I agree with you in theory, but in reality the digital shots I have are indexed and sorted, better cared for and more easily shared or reproduced than the vast majority of the film-based photos we have. Think about it. 35mm is pretty standard still, but there were a wide variety of film and camera types used by my family over the years, and there are at least 9 film formats that have been discontinued in my lifetime. I'm sure there are some old Kodak Disc negatives in there. Are the images worth the effort and expense to print? Who knows.

The other thing to consider here is that unless you are already pretty good with your camera, using film is much more expensive than digital. If I have my DSLR and you have your film camera, you get ~30 chances to get the perfect shot. I get something like 340 chances before my memory card is full, shooting RAW. I have nothing against film, and I don't see it disappearing any time soon, if ever, but even a person trying to become a pro photographer can learn an awful lot about photography using a DSLR, then move to film for specific reasons once he or she has the basics down.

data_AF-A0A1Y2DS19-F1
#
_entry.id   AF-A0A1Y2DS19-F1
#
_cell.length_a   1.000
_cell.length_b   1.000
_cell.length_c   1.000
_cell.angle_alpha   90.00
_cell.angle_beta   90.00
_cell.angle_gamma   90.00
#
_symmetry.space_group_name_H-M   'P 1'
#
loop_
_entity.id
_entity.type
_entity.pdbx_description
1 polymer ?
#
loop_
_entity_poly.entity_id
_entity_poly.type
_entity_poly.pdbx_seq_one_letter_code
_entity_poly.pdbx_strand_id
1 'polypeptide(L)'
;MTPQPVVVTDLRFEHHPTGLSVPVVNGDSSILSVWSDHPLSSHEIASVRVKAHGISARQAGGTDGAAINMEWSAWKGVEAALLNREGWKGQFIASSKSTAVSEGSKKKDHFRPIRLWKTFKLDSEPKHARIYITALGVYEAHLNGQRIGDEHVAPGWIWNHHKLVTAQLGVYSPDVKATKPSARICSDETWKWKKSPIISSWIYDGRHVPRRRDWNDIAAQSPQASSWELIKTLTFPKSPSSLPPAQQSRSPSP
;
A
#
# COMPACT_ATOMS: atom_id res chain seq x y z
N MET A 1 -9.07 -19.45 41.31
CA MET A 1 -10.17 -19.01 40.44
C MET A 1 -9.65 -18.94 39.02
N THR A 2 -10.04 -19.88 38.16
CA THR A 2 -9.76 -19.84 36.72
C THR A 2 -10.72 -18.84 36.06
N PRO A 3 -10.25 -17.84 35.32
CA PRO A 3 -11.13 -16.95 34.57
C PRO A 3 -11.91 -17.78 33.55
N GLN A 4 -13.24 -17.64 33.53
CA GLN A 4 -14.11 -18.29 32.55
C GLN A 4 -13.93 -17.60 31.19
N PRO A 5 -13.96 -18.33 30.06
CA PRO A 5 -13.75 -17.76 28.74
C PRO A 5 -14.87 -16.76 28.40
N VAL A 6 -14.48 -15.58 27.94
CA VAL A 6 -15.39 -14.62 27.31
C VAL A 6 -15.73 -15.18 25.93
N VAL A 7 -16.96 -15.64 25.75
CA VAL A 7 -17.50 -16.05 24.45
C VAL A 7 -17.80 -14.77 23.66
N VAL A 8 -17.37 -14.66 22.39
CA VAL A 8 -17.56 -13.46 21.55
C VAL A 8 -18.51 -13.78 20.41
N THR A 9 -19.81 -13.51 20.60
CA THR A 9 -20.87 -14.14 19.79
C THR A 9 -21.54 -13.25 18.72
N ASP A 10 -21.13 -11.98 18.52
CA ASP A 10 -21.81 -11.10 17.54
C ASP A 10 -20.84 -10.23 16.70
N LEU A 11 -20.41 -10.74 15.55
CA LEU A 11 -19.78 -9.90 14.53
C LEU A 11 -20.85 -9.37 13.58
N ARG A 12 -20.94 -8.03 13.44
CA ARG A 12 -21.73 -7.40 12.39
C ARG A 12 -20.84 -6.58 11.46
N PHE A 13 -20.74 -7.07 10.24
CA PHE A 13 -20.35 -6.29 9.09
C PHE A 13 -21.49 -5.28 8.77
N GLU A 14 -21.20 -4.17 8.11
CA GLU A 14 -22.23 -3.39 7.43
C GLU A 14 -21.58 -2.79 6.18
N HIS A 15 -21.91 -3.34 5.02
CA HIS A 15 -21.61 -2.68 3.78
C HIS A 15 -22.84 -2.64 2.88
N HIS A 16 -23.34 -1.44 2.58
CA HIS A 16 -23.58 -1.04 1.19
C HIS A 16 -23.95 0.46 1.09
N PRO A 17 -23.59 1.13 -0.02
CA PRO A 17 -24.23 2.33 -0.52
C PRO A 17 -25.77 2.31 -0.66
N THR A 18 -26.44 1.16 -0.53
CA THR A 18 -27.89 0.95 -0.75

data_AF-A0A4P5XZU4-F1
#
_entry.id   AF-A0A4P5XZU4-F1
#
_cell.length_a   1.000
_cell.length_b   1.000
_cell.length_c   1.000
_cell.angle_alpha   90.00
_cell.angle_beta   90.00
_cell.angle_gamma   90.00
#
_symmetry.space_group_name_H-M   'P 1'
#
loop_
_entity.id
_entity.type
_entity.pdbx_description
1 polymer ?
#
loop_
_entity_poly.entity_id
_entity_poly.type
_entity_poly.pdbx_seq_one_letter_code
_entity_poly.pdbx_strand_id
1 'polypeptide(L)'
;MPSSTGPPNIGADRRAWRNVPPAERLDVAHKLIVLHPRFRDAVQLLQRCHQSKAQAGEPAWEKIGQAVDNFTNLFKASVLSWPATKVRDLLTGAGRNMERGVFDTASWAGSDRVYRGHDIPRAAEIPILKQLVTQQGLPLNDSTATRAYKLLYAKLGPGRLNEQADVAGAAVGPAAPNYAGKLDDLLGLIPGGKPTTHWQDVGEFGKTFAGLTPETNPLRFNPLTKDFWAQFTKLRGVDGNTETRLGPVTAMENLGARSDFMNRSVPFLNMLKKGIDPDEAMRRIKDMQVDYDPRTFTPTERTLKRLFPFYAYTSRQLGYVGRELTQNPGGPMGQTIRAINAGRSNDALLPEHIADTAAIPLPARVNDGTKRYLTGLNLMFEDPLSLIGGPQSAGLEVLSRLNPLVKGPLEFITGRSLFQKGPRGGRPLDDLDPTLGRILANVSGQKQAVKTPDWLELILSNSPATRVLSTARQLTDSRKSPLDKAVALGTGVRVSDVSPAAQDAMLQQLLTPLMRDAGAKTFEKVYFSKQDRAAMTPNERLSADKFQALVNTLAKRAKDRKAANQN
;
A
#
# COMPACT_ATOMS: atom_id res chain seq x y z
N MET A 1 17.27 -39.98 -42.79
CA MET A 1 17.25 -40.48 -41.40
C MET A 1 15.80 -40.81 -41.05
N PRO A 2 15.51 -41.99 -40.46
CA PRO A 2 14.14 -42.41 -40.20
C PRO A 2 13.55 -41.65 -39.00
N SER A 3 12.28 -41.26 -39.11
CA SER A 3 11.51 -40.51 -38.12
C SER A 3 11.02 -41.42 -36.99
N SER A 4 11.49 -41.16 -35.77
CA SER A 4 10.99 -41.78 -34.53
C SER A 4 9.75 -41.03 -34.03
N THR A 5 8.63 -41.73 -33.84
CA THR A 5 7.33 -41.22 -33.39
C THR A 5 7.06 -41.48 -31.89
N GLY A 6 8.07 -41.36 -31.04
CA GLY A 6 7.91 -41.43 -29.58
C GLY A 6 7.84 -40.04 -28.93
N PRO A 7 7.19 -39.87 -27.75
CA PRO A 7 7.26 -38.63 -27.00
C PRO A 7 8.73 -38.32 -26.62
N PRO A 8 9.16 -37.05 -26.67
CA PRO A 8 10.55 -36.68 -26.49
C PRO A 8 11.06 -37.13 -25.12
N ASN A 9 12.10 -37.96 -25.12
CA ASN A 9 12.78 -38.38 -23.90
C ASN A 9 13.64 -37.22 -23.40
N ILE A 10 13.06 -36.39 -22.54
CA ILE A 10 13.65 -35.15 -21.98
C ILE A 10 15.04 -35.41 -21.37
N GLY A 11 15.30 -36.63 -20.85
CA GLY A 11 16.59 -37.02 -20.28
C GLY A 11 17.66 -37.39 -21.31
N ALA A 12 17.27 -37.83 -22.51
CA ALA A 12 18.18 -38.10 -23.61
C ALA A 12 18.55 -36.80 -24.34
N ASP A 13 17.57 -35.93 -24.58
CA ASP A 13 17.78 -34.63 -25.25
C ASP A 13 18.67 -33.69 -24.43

posted by caution live frogs at 10:28 AM on March 9, 2009

To get real photo printing with an enlarger and chemical processing you really do need to go to a dedicated lab, not Costco etc. The prints from Costco etc. are not really that bad, it's just that you can get much better with a dedicated lab. For snapshots convenience and price are probably more important but if you want to enlarge something to put on a wall or enter in a photography contest then go with a pro lab.